Depending on the generation you were born in, your view of retirement and what it means may be quite different. The traditional view touts retirement as the “golden years,” filled with idyllic days of relaxation and leisure. But if you’re a “baby boomer”—of the generation born during the two decades after World War II when there was a “boom,” or surge, in births—you probably have other ideas about retiring…or not retiring.
Some sources say baby boomers are the largest adult population in the U.S. The oldest baby boomers are about 71, and others are just reaching retirement age. As the American population becomes more ethnically and racially diverse, and with people living longer, what it means to be 65-plus is changing. But whether you’re a baby boomer or not, retirement is being redefined, and it doesn’t always mean slowing down; sometimes it means a second chapter in life and even working longer.
Why work longer?
Financial concerns could be a reason to delay retirement if working longer is a necessity or if it makes sense as a way to stretch resources and savings. But there are other reasons, too.
For some, retirement means finding a different job.
Perhaps it’s to find a role in a field you’ve always wanted to explore; or maybe it’s working to develop a passion or make a dream come true, rather than for the benefit of an employer (starting a small business or writing that novel you’ve always wanted to write). It might mean finding a part-time job to keep contributing professionally, but still have time for traditional retirement activities. Let’s face it, the benefits of not working are less work-related stress, more time for family and friends, and more time for travel and hobbies. So, a low-stress part-time position could be a great option for staying engaged but enjoying more relaxation, too.
For others, it’s a chance to learn new things.
Whether you fully retire or just work a little less, you might consider taking lessons to explore interests or developing a hobby. At this point in your life, you bring a host of experiences and knowledge to the table, so it’s a prime time to seek out learning opportunities to grow professionally and personally. Not only are you learning something new, but you’re building on the skills and strengths you already have.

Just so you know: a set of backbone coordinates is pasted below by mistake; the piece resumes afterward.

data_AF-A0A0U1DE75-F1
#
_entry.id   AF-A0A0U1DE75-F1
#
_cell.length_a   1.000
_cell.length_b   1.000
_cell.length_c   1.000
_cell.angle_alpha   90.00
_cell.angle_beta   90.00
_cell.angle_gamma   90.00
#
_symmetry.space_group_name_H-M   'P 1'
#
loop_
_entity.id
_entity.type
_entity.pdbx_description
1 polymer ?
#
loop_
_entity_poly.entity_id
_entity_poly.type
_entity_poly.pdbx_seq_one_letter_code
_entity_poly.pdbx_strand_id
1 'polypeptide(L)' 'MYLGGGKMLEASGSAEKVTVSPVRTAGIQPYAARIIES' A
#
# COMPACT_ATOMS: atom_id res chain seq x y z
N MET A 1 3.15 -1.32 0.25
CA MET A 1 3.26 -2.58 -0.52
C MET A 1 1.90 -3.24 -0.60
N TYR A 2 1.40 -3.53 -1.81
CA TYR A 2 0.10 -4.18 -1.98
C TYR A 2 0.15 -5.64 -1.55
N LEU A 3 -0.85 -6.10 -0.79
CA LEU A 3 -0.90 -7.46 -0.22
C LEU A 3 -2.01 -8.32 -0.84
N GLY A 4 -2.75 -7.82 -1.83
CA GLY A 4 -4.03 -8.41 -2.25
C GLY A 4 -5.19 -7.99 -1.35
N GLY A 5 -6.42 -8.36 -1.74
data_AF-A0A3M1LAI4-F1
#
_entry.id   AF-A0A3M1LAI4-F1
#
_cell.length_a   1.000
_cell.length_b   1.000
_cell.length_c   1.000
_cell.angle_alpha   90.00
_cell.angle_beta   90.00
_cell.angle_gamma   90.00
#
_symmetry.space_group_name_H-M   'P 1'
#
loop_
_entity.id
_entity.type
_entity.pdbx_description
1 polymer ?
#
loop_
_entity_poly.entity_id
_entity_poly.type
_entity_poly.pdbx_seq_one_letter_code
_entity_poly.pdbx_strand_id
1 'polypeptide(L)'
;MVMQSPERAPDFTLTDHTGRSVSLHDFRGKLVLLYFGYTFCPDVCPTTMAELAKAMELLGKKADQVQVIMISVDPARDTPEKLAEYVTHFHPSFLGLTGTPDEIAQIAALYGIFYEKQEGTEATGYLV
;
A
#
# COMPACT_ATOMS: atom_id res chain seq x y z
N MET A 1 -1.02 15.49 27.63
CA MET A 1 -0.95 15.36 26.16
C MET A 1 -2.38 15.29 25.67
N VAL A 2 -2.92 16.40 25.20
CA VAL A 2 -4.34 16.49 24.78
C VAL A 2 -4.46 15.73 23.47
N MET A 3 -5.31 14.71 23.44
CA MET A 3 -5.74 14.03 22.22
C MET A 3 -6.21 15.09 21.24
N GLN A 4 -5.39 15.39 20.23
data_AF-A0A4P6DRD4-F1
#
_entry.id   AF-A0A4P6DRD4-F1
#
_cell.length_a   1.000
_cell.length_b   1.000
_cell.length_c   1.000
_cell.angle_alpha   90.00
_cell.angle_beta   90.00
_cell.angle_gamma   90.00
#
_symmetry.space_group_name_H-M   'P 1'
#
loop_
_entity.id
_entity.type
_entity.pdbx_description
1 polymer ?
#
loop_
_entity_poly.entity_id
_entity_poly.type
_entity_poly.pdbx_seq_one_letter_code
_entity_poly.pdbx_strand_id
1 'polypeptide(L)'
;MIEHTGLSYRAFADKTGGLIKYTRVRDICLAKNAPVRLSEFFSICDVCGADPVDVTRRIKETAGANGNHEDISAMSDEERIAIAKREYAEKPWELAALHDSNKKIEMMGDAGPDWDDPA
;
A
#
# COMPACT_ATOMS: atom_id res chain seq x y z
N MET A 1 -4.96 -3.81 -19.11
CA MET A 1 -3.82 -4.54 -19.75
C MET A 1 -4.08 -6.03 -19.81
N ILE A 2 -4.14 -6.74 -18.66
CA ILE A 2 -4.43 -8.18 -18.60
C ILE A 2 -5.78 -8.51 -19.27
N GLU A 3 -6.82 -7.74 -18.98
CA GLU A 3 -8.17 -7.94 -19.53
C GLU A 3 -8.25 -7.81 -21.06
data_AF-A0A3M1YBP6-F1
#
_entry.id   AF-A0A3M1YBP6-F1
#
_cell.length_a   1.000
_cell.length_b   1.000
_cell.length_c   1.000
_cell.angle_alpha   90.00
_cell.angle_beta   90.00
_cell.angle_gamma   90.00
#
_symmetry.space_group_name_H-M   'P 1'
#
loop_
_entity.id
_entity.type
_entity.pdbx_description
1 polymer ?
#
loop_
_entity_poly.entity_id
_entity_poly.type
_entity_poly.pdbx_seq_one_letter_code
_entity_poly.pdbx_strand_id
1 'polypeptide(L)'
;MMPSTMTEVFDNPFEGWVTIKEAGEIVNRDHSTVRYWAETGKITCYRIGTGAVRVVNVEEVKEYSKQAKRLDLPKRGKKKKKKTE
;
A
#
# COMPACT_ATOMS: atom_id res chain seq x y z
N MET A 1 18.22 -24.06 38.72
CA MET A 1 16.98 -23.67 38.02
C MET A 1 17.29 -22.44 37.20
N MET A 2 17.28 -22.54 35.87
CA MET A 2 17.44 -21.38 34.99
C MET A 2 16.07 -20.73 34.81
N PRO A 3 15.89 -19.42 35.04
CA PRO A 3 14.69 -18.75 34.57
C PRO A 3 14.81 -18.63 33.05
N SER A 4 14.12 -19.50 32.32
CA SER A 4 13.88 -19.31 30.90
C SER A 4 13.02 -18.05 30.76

Volunteering is yet another way to continue contributing.
Spending retirement years contributing in a non-professional capacity may be what you value. Through volunteer activities—along with the ultimate goal of helping others—you can learn something new, grow personally and connect with like-minded peers.
There are benefits to keeping active later in life.
Delaying retirement, working after retiring, and regularly taking part in learning or volunteering activities offer health and lifestyle benefits.
Working in a professional capacity beyond age 65 can:
- Stretch or add to your retirement savings
- Increase your monthly social security benefit when you delay taking the benefit until age 70
- Provide extra money to spend on traveling and other types of entertainment or things you enjoy
Working, taking lessons, and volunteering all help you stay mentally and physically active, as well as keep you socially connected with others.
Working and volunteering both afford the opportunity to continue contributing to the community by mentoring and sharing your skills and experience with a younger generation.
Staying healthy during retirement means being informed.
It’s likely that you have high expectations for your health and well-being during your retirement years. If you’re transitioning to Medicare as part of your retirement, it may be very different for you than it was for those who retired 10 or 15 years ago. A growing number of seniors are savvy when it comes to using electronic devices, and many are accustomed to using online tools to access health information.
Being knowledgeable about preventive health measures, including exercise and good dietary habits, can have a positive impact on your health. That’s why a health plan that encourages proactive measures toward health and helps you coordinate your care is a good thing to have. Using the tools at your disposal, including online resources for managing health, can keep you on the right track now and throughout the years ahead, so you can be active in the ways you choose. A healthier you may mean an even more rewarding retirement. ■
Under state legislation, Louisiana residents ages 55 and older may be eligible for free tuition to some public colleges and universities in the state. A 50 percent discount on course textbooks and manuals is also available with registration for one or more courses. Contact the school for information.